By Ovetta Wiggins
Washington Post Staff Writer
Sunday, December 9, 2007
The Rev. Jesse Jackson spoke last night in Prince George's County, hit hard by the mortgage foreclosure crisis, to express dissatisfaction with President Bush's plans for coping with it and to mobilize efforts to target Wall street.
Jackson said his Rainbow/PUSH Coalition and other groups plan to march on the New York financial center tomorrow.
"It all began with the banks on Wall Street, and that's where we have to start," Jackson said in an interview before the town hall meeting at Ebenezer AME Church in Fort Washington. About 75 religious leaders, elected officials and others attended.
Jackson said the protesters want "renegotiation and restructuring [of loans] and not repossession of homes." In addition to the march in New York, rallies are planned for the Washington area, Chicago, Los Angeles and Atlanta. Plans for the Wall Street march were announced last month by Jackson's group.
Maryland's foreclosure ranking jumped from 40th in the nation last year to 18th in June, state officials have said. They said that Prince George's has the highest percentage of homes in foreclosure in the state and that Fort Washington is one of the most severely affected communities in the region.
Jackson said the president's response was "very little, very late."
"He brings an umbrella when people need a tent," Jackson said. "Bush's plan does not correspond to the size of the problem."
The president's proposal would allow some homeowners facing foreclosure to freeze interest rates for up to five years and refinance their mortgages. Bush said it could help about 1.2 million homeowners.
The civil rights activist said that without further action, the surge in foreclosures will "bleed into every aspect of life."
"It's not just the borrower in trouble now; it's the next-door neighbor of the borrower," he said. "It devalues their property, and if property taxes aren't as high as they once were, that affects police, teachers and firemen."
In addition to the financial implications, the marches will spotlight racial disparities in the crisis, Jackson said.
"We know there was a lot of targeting, redlining and steering," Jackson said, noting that he selected Prince George's, the wealthiest black county in the country, and Fort Washington for his meeting because of the relatively high number of foreclosures.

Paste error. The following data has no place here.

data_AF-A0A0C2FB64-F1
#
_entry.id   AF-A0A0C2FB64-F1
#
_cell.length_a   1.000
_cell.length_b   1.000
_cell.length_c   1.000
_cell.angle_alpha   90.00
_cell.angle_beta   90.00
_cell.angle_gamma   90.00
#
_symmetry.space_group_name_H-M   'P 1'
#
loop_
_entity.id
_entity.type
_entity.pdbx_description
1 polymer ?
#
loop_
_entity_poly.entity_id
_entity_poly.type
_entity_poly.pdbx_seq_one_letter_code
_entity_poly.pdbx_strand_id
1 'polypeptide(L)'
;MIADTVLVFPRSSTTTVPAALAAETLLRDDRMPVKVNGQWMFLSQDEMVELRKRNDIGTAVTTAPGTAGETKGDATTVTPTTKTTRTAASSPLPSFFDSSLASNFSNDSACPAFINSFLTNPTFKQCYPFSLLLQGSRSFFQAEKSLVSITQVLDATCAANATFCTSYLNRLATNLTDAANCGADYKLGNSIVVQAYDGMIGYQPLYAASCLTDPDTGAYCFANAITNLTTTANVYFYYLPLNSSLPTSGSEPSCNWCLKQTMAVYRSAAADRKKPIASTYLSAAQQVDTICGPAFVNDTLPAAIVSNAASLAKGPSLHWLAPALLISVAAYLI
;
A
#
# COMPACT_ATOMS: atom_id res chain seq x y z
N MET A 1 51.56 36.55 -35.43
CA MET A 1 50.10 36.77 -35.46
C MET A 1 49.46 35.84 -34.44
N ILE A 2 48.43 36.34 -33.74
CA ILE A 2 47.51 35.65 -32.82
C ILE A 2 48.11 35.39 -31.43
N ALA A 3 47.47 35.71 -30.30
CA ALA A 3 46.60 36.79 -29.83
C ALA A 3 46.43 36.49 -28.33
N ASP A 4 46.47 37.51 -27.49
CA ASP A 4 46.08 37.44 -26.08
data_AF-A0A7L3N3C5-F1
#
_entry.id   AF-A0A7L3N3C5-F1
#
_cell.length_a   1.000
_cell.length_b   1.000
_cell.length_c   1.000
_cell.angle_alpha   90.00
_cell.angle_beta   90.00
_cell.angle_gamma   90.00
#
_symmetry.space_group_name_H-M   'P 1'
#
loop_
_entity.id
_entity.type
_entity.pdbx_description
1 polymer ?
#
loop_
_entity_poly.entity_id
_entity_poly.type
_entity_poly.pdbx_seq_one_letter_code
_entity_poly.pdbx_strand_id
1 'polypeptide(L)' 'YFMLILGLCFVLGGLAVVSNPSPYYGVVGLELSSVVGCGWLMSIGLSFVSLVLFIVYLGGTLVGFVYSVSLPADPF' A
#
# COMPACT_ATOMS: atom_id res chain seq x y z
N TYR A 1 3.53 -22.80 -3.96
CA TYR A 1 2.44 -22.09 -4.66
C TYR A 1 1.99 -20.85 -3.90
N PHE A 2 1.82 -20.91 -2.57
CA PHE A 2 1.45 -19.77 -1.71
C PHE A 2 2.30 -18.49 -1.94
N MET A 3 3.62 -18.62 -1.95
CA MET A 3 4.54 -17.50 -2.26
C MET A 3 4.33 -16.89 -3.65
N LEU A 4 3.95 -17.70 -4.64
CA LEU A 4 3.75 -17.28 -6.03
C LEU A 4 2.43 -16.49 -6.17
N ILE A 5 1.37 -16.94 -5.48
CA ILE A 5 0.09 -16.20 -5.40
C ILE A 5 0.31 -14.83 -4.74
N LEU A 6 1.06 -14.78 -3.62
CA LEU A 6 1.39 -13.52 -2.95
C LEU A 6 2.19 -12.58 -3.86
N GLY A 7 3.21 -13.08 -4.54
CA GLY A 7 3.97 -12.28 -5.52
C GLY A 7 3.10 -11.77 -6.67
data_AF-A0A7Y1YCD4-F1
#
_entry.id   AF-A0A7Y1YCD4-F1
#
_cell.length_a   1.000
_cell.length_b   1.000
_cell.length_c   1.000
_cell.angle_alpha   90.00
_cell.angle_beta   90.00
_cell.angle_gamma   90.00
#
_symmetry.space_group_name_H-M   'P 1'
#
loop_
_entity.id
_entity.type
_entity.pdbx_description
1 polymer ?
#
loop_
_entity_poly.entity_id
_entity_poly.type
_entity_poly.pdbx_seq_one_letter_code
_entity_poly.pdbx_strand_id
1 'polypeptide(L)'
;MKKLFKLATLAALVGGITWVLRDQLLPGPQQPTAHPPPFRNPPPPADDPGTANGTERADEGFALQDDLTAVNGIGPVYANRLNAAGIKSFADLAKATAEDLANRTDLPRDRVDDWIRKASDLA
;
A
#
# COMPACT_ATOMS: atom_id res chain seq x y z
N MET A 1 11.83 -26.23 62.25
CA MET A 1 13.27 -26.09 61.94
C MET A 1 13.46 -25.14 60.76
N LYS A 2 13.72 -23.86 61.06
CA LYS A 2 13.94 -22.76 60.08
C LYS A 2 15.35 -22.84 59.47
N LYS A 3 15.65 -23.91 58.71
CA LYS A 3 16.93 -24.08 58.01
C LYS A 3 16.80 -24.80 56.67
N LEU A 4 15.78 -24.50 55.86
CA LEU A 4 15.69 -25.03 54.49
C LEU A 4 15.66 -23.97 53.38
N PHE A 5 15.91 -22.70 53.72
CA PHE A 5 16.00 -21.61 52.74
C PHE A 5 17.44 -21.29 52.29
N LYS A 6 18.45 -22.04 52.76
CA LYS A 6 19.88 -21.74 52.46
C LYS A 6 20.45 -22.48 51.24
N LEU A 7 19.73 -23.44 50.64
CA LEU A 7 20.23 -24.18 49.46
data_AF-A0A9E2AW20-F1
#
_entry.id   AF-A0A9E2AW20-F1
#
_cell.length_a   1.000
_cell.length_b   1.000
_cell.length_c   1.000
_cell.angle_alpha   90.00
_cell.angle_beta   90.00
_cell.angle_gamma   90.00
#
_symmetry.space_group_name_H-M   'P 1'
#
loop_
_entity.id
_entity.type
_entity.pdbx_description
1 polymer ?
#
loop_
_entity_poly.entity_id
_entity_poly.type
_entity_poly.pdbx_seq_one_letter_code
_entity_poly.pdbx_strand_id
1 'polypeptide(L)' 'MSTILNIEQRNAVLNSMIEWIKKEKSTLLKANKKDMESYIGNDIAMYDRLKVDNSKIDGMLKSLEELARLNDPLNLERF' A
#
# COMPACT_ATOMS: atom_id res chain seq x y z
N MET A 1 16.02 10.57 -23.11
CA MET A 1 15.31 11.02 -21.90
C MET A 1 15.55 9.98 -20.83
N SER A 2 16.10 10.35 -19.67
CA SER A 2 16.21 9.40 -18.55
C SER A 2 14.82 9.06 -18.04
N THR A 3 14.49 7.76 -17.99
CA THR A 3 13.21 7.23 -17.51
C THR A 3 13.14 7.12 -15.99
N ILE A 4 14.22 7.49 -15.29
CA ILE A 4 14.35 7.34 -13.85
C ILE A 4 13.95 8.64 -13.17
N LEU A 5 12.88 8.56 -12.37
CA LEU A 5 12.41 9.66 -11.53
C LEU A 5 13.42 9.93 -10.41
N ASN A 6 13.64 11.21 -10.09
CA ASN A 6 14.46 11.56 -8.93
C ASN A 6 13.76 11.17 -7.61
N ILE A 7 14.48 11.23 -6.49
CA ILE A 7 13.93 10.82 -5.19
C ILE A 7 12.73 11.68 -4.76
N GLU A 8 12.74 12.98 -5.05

In July it was reported that more than 2,300 foreclosures had been reported in the county this year.
A report released in September by the Federal Reserve and other regulators found that minorities throughout the nation were given loans with higher interest rates or charges in greater percentages than white applicants did.
Controlling for various factors, the report found that 30.3 percent of the loans for home purchases by African Americans were higher-cost loans, compared with 17.7 percent of loans for whites. The gap of 12.6 percentage points exceeded the gap of 10 percentage points found in the 2005 survey.
Black borrowers received high-cost loans 52.8 percent of the time when they refinanced home loans last year, compared with 49.3 percent in 2005, the report said.
Hispanic borrowers received high-cost refinancings 37.7 percent of the time, up from 33.8 percent in 2005. The rate for white borrowers was 25.7 percent last year, compared with 21 percent in 2005.
"The incidence of higher-priced lending for blacks and Hispanic white borrowers is notably greater than for non-Hispanic whites," the report said. "Similar patterns are shown in racial and ethnic differences in denial rates."
Figures cited at last night's meeting indicated that foreclosures in Prince George's far exceeded those in other suburban Maryland counties between 2005 and last year.
Zaunder Saucer, who attended the meeting, said she had not realized the disparity was so great. She said she went to learn more and make certain she does not experience such problems.
Staff writer Martin Weil contributed to this report.